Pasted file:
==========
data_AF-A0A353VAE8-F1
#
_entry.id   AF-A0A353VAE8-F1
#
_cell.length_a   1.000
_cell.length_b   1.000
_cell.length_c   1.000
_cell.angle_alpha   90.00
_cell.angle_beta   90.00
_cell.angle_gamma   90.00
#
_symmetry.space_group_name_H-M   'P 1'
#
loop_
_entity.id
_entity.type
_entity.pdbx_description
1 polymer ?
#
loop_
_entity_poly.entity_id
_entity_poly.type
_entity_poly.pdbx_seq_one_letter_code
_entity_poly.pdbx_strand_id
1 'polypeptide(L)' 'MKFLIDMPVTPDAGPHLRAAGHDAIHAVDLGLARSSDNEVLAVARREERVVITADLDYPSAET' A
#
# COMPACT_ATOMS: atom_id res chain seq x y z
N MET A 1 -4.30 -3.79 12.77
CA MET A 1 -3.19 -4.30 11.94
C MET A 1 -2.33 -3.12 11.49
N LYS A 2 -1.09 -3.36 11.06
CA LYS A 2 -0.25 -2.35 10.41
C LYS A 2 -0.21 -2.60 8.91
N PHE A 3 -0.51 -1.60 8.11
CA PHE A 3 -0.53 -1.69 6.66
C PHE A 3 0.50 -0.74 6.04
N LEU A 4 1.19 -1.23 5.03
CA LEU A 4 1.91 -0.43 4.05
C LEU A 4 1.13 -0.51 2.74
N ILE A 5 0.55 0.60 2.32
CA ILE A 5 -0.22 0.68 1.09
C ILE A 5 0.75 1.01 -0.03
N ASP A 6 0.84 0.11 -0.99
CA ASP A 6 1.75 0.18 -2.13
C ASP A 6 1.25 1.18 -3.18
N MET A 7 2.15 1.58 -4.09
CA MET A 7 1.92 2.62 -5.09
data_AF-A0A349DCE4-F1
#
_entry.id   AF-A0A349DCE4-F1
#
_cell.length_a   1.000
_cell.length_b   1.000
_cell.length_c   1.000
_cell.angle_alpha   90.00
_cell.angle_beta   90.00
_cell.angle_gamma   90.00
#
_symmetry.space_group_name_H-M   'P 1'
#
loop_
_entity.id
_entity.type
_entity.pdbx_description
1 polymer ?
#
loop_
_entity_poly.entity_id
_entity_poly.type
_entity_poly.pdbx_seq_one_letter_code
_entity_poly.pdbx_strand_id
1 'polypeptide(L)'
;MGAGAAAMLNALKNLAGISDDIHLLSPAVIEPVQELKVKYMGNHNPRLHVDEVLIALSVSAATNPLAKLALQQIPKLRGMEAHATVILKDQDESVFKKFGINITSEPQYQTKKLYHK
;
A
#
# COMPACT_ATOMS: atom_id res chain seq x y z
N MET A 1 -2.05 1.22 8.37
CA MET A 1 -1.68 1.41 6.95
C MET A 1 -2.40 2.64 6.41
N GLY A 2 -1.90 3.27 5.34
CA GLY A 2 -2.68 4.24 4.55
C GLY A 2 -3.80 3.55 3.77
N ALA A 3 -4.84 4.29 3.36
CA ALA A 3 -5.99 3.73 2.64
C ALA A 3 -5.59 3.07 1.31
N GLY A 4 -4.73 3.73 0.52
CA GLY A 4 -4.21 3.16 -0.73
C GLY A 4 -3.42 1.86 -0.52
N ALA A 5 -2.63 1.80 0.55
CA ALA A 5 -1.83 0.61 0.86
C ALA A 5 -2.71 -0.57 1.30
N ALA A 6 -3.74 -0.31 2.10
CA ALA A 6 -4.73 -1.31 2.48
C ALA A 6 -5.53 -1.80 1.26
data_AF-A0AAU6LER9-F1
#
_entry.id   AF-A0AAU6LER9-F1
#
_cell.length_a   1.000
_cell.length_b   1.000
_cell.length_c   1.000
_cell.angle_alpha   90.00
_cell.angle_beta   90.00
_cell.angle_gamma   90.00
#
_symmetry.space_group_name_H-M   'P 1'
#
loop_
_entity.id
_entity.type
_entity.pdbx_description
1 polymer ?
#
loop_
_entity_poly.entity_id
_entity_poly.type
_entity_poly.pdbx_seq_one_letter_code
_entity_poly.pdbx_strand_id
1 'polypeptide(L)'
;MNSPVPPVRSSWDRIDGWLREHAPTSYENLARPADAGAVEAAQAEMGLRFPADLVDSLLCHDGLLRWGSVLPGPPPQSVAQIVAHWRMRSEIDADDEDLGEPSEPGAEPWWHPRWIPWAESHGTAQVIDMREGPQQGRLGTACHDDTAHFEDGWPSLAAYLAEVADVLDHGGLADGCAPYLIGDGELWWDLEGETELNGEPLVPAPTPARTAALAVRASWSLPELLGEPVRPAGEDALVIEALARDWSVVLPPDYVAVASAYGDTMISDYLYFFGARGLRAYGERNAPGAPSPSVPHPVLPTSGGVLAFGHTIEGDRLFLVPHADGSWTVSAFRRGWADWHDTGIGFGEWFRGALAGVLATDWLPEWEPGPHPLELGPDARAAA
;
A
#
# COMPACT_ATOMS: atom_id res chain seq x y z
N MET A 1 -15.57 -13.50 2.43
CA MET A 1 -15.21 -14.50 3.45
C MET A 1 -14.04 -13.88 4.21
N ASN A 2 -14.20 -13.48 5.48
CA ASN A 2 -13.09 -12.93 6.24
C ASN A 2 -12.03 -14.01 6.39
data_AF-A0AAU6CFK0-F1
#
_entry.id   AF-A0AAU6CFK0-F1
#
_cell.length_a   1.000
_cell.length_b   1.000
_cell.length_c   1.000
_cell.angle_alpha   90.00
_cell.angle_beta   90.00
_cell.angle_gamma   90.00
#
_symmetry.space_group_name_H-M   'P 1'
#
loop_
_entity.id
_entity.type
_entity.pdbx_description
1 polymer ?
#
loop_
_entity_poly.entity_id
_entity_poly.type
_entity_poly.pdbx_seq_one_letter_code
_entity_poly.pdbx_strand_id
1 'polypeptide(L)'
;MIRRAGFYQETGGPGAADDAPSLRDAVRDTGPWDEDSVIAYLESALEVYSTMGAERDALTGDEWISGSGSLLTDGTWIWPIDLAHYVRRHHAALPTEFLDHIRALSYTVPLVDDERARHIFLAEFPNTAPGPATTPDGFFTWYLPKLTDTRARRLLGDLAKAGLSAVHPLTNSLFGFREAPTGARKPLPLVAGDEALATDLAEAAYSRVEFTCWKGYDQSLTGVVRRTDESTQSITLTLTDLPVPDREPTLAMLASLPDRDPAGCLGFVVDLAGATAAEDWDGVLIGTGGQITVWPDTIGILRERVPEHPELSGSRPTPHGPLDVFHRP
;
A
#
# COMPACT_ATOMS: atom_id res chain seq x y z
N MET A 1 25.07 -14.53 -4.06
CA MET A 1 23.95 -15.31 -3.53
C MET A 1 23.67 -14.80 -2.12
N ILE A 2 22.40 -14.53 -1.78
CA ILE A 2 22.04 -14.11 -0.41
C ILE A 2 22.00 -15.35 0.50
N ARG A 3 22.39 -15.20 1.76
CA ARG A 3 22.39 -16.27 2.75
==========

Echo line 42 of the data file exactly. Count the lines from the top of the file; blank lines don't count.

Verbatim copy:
C ILE A 5 0.75 1.01 -0.03